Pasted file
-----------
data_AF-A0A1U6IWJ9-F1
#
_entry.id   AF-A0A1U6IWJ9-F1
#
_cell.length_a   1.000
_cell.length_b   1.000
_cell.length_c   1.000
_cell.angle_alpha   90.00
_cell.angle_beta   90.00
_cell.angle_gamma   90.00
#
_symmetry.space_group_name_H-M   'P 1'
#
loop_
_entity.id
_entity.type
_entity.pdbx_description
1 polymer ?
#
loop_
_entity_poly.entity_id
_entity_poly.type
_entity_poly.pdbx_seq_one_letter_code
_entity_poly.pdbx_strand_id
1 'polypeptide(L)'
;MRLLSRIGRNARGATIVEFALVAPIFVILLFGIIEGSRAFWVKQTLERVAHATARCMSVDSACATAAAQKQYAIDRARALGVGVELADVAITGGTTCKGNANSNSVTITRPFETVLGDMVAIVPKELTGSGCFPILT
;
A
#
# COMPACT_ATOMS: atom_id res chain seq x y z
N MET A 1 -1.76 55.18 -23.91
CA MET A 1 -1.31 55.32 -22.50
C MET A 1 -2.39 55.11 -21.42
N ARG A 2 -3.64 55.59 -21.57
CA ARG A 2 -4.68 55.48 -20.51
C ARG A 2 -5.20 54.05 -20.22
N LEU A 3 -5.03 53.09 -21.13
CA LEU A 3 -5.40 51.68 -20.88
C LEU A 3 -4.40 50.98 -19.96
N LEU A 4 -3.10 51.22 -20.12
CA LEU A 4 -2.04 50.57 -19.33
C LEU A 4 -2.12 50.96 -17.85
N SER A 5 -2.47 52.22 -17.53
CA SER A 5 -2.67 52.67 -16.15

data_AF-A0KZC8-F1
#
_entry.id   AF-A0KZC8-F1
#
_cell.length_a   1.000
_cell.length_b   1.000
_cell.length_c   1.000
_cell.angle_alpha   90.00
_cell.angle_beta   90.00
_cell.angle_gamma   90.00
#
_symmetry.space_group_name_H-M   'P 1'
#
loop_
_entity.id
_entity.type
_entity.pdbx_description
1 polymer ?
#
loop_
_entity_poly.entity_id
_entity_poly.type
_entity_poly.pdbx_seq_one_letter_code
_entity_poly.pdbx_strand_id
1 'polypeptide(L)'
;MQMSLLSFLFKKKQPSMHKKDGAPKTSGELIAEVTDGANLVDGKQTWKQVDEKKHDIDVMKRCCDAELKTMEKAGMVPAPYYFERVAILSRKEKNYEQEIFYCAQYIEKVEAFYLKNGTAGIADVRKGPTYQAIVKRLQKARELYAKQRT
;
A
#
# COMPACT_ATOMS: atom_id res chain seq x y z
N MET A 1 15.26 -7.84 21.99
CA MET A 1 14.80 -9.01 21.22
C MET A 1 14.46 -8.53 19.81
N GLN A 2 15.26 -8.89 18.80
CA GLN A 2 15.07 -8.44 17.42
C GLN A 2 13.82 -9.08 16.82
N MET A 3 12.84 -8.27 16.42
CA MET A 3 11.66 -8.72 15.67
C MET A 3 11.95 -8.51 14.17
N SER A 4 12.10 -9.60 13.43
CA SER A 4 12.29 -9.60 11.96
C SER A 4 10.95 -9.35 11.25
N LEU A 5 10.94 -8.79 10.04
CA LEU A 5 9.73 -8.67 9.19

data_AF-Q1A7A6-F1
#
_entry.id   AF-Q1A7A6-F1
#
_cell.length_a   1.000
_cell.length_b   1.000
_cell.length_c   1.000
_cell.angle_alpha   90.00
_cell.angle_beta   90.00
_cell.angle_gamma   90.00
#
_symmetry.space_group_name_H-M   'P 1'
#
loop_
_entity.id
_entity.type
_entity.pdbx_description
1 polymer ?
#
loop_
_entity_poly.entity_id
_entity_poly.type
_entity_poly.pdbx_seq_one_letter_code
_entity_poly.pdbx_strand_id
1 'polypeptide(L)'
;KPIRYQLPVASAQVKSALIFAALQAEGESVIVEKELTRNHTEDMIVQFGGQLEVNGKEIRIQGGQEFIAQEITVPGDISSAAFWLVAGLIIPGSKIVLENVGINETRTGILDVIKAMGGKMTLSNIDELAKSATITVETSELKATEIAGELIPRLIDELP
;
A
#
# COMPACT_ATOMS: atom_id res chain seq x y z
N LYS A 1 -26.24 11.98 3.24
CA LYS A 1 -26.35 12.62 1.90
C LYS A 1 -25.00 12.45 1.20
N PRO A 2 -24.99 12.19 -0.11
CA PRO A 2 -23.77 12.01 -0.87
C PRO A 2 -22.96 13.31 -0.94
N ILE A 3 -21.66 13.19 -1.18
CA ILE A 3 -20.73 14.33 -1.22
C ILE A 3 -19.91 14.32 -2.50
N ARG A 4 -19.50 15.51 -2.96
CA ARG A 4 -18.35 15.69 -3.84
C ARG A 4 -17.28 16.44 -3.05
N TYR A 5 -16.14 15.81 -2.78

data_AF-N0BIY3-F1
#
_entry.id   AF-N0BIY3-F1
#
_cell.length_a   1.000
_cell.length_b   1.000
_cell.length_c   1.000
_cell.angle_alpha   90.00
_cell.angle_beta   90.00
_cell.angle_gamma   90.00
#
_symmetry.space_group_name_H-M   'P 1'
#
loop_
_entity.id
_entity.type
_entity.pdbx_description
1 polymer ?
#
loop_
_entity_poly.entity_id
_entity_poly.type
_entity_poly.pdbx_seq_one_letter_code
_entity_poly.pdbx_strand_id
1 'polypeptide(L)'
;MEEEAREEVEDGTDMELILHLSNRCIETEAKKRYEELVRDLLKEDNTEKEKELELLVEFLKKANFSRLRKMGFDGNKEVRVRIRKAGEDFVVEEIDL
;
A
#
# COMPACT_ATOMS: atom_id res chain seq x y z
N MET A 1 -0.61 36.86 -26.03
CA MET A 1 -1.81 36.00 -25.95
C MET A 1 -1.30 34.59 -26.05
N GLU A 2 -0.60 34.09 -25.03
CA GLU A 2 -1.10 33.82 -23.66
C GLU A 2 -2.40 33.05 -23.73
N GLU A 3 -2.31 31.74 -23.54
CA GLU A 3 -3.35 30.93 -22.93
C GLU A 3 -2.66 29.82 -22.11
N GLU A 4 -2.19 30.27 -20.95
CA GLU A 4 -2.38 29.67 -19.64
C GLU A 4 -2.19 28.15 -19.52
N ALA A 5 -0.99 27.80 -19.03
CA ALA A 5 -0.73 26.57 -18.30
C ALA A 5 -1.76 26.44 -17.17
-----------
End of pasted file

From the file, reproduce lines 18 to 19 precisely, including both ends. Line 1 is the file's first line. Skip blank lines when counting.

1 polymer ?
#